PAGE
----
We even have the Waitakere Local Board Chair – of which Glen Eden is part – as author and editor on this site.

        … and we cup our ear waiting for leadership …

        • Anne 2.1.1.1

          Who says they have gone to ground? It only happened a matter of hours ago. How do you know they haven't been fully booked with meetings and associated activity and haven't had time to publicly comment. They are very busy people you know.

          It is also courteous procedure to leave initial statements to both the police minister and police commissioner. In the coming days when the facts become clearer, I have no doubt both national (small n) and local politicians will be publicly expressing their shock and anger about what happened. In fact they have probably already done so but in a non-public capacity. Its not for them to jump on the bandwagon and submit official statements at this stage.

        • Pete 2.1.1.2

          It's good you put "But now that it'(sic) completely out of control they go to ground."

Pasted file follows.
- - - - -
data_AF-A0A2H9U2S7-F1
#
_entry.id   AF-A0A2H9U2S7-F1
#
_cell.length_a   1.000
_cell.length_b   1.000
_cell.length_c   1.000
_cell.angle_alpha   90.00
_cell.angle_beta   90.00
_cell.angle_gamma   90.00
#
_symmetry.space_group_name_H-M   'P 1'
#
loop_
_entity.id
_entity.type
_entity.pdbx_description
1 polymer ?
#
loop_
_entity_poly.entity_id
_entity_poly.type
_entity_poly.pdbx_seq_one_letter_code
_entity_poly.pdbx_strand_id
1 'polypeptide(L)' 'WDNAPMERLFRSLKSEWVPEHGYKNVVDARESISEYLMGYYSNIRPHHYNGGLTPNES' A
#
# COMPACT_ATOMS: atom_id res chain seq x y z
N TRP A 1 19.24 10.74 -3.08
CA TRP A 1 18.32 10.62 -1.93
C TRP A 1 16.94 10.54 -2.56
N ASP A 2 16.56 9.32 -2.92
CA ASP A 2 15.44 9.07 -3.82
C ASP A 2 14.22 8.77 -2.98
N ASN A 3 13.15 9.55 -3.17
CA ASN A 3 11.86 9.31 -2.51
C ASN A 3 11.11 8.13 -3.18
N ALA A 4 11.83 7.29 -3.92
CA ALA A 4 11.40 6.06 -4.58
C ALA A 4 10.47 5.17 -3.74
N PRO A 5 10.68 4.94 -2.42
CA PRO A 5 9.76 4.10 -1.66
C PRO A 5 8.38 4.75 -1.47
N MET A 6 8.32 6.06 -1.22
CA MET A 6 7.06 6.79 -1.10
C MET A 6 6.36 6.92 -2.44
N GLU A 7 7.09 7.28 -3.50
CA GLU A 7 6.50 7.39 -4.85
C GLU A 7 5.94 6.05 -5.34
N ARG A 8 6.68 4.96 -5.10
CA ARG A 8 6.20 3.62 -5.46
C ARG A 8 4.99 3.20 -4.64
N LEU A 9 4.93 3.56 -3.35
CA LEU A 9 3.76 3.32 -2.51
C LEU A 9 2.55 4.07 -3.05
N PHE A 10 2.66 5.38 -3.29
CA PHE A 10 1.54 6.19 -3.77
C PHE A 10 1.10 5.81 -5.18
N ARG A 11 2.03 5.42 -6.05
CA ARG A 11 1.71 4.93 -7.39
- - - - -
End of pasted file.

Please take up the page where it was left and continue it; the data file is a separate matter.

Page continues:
It accentuates the fact you are talking nonsense. If it was completely out of the control the cops wouldn't have been anywhere near where they were injured. And they certainly wouldn't have been trying to deal with miscreants on behalf of you and me.

          Maybe the politicians are waiting for the dust to settle, the full facts to come out and making reasoned comments rather than jumping in to keep those company who want play political games with lashings of hysteria.

      • Sabine 2.1.2

        Well, just to be fair, what did Deborah Russel say? Or is she still in so much back pain that she can't possibly comment? New Lynn is her electorate.

  3. Anker 3
    • It’s very, very serious. I hope the policemen are ok. And other victims of this violence.

    a real problem here

  4. joe90 4

    Enough beer with vodka chasers and my bike turns into one of these.